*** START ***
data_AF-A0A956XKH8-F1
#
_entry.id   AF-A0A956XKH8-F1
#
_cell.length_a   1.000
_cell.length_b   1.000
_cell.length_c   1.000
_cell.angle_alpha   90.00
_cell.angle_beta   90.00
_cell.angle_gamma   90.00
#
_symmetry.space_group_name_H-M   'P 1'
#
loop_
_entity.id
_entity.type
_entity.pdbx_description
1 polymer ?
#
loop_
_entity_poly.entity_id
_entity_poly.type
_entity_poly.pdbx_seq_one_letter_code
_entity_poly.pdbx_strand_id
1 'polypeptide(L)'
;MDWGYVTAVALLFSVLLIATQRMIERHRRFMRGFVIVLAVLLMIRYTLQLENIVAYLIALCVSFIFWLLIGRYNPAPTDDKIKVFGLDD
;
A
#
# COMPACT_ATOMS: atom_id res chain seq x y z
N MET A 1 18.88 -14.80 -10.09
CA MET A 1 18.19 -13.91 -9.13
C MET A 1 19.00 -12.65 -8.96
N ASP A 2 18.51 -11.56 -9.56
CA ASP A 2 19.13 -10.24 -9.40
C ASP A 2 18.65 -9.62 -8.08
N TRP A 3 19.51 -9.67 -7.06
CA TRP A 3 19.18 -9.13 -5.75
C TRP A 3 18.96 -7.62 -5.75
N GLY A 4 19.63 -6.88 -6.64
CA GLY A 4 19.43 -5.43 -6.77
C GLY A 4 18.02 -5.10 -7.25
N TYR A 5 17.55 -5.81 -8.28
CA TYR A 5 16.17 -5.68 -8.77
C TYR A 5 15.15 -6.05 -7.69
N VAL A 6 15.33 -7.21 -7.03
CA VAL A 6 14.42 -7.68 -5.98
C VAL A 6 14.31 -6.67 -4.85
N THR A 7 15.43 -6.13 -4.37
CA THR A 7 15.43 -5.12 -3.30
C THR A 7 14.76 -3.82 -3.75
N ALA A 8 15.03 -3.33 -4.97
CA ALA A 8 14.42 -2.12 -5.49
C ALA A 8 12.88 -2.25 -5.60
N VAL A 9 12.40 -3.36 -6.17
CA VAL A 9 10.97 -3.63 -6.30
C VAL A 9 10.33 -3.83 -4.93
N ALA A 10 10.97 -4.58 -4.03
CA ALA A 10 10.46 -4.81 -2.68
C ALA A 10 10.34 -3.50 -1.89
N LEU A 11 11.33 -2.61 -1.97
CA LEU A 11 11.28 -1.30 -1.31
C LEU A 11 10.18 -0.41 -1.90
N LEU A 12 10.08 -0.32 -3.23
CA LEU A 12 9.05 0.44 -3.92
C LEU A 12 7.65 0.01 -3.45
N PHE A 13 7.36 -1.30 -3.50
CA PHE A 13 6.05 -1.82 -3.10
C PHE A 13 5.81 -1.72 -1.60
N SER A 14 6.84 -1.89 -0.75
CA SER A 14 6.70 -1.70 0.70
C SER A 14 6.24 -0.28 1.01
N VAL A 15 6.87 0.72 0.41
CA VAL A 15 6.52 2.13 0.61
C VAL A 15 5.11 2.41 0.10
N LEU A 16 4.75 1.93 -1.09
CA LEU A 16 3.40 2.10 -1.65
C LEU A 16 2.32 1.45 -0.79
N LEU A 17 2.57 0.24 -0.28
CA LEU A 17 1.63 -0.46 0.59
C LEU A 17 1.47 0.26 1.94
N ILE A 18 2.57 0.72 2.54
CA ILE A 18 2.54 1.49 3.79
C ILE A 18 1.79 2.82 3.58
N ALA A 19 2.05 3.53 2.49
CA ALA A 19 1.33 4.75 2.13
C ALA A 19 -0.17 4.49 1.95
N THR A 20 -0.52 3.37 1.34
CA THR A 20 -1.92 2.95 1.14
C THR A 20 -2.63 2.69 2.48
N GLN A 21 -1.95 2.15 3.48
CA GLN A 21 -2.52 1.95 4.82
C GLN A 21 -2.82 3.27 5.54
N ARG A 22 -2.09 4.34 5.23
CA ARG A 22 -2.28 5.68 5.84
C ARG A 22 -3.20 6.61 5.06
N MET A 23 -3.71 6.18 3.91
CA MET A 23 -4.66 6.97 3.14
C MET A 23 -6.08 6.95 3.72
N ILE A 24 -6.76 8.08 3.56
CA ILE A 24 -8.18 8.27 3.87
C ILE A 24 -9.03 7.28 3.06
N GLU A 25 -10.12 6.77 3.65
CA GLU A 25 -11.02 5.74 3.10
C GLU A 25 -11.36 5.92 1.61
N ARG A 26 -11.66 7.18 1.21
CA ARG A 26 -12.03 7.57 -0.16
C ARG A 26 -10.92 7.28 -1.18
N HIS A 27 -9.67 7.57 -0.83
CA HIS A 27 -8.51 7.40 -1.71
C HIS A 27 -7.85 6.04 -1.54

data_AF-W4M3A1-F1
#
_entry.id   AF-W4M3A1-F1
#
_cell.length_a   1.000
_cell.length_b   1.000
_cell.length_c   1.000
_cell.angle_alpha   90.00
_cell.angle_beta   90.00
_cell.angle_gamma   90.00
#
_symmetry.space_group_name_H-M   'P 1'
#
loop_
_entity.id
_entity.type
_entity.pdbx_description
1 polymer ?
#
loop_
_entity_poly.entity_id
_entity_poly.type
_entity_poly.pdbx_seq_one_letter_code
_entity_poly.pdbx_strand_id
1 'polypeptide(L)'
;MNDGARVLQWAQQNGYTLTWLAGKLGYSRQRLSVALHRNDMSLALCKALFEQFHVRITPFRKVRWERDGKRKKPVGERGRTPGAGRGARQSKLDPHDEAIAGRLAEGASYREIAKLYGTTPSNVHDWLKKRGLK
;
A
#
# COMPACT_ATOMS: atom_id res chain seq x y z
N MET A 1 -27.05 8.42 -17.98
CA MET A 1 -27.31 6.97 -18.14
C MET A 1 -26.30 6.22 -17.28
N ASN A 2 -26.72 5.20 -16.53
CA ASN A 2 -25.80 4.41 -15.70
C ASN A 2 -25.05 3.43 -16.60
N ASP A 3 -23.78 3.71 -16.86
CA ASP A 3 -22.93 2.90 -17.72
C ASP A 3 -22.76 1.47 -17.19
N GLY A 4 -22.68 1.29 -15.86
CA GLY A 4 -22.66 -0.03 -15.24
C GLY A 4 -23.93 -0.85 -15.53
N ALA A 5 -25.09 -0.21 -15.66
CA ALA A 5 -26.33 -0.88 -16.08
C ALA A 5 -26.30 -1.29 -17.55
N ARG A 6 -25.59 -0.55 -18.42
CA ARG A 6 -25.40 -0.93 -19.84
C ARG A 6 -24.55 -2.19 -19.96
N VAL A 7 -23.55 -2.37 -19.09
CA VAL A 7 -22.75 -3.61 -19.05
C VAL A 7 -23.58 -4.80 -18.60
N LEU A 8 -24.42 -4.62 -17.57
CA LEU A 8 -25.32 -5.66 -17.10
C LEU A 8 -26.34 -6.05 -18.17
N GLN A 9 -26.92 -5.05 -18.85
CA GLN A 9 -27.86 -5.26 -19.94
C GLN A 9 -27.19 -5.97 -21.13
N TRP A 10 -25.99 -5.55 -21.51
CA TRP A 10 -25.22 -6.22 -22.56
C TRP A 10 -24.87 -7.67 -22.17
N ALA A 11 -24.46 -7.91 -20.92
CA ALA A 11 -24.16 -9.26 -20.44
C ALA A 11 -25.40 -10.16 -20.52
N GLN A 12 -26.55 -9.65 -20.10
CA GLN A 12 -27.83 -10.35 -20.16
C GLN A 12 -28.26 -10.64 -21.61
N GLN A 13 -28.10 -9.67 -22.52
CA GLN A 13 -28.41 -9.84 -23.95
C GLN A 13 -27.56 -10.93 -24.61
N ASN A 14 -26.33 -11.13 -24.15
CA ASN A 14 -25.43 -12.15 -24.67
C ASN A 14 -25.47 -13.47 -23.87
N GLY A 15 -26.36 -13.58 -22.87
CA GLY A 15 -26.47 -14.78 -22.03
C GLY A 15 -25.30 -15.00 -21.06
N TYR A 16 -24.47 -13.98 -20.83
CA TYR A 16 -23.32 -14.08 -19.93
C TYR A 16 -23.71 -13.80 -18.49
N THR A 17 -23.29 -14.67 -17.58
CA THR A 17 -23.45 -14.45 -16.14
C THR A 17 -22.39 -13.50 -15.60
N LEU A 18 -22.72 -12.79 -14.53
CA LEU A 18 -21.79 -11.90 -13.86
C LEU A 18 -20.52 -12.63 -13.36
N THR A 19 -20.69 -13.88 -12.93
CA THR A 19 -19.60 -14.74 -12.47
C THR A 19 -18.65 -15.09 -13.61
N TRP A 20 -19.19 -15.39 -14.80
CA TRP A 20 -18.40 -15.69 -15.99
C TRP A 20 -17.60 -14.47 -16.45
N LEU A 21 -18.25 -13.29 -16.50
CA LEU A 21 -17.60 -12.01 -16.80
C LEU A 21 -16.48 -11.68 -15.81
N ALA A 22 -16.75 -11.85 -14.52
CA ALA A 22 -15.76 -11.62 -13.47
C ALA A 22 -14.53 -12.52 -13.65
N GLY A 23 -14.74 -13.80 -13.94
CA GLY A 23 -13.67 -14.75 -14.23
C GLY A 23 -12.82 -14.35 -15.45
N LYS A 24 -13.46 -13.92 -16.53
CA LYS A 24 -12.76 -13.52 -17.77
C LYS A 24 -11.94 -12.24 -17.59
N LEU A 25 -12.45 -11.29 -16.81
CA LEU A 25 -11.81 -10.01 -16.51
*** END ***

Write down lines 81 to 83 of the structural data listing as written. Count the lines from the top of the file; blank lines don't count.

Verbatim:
C LEU A 17 1.47 0.26 1.94
N ILE A 18 2.57 0.72 2.54
CA ILE A 18 2.54 1.49 3.79